Street Price of Human Soul on Rivington

Posted on: April 6th, 2011 at 6:28 am by

Blues gospel dictates that Robert Johnson sold his soul to the devil at the crossroads in exchange for supreme guitar prowess.  Internet savvy and wit shows that users are willing to auction their souls on eBay for an exorbitant sum.  These days, however, artist Gordon Holden maintains that the true price of the human soul is one paltry dollar.

This image has been archived or removed.

The other day we came across a number of nearly-invisible price tags hanging from various objects on the street.  Like this one dangling from an errant wire at the vacant lot of former Roumanian Synagogue on Rivington.  We almost passed by without noticing, but did a quick double-take.   It read simply, “Your soul – $1,” with contact info on the flip-side.

This image has been archived or removed.

So we decided to reach out to Holden to learn more about this guerrilla street art.  This was his response:

so i guess the idea behind the price tag is loosely based on the mixed ideas of objectivism, capitalism, consumerism. too many ism’s. i wanted to subtly put it more in the consciousness of the public with out going out and spray painting something or stickering myself. americans especially, want to put a price on everything. but thats what shit has come to in this future. sell sell sell! buy buy buy!

so lets go ahead and put a price on your soul and see how you respond. and i have had tons of responses to the tags and a majority of it is hate emails pretty much saying “fuck you” do something more productive or positive. although the people that get it, like it. to me, this is productive. its evoking an emotion one way or another. lets face it, no one knows if u have emotions when ur dead. and really, who is to say what your soul is worth? its worth more than that bankers mansion, more than that housewives escalada and her louis vuitton bag. its a tragedy, and americans take life for granted. lets live our life to retire. then again i actually don’t take anything seriously. but you wouldnt know after this retarded somewhat contrived answer. even if no one wants to pay attention. i’d probably still do it.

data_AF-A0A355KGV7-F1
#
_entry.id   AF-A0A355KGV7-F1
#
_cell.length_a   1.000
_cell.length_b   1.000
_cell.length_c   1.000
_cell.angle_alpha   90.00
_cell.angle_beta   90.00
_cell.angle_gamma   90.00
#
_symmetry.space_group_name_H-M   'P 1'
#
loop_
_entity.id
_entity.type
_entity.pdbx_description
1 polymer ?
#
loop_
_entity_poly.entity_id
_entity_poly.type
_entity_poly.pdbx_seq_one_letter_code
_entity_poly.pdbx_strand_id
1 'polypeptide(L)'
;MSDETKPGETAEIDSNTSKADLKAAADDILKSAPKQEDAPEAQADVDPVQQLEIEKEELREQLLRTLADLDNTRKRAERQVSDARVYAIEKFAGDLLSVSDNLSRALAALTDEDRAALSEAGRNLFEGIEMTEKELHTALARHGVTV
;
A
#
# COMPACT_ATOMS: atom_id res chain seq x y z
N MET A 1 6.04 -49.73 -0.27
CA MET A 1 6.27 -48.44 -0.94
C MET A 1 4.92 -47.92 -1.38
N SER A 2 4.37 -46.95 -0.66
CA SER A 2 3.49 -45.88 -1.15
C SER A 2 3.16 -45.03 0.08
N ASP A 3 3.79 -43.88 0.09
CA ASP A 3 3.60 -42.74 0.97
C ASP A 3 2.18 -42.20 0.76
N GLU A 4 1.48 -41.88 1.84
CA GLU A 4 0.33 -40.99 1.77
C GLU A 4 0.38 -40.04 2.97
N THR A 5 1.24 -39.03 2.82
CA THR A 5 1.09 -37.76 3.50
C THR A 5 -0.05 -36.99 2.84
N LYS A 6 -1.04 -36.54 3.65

However, this wasn’t the first time that such pricing hit the Lower East Side.  Street furniture was comically assessed back in the spring of 2009.

Recent Stories

Fridays Under $40: Trying To Be Healthy

In our new Friday column, “Fridays Under $40,” Boogie contributor Sara Graham hits the streets to find cheap eats and affordable things to do during these weird times. There are many hobbyists that have sprung from the self-isolation of spring 2020—sourdough bread bakers, TikTok choreographers, “plant moms”—but I’m most envious of runners. I’m lucky if […]

Sister of Murdered and Dismembered Tech Entrepreneur Speaks Out

Exactly one month after 33-year-old tech entrepreneur, Fahim Saleh, was brutally murdered and dismembered in his Lower East Side apartment, his sister is speaking out with a memoir on Medium. In the blog post published yesterday, Ruby Saleh recounts her relationship with Fahim and her sorrow over his death. She said that her brother was […]

Thirty Years on, Mercer Street Books is Crowdfunding to Keep Afloat

The last of the old guard is facing an uncertain future. Beloved used book store in Greenwich Village, Mercer Street Books, could be the latest victim of the economic fallout from the Covid-19 pandemic. The neighborhood fixture is in its 30th year of selling used and out-of-print books, as well as records, and currently staring […]

Ode to the Doomed Trees of East River Park [OP-ED]

The following editorial was written by Lower East Sider, Barbara Katz Rothman. There’s something truly sad about the sight of a dead tree. Look at that photo of the tree killed by the storm last week. We think of trees and use them as metaphors, so often, even by “urban types” like me who actually prefer city skylines […]

Essex Crossing Starts Leasing at The Artisan with Rentals Topping $3,000

Essex Crossing this month announced the start of leasing at its latest luxury tower – The Artisan. Located at 180 Broome Street, this beast is the largest building at the nine-site project. Its floors contain office and retail space, as well as access to the Market Line, which is gradually reopening from the pandemic shutdown. […]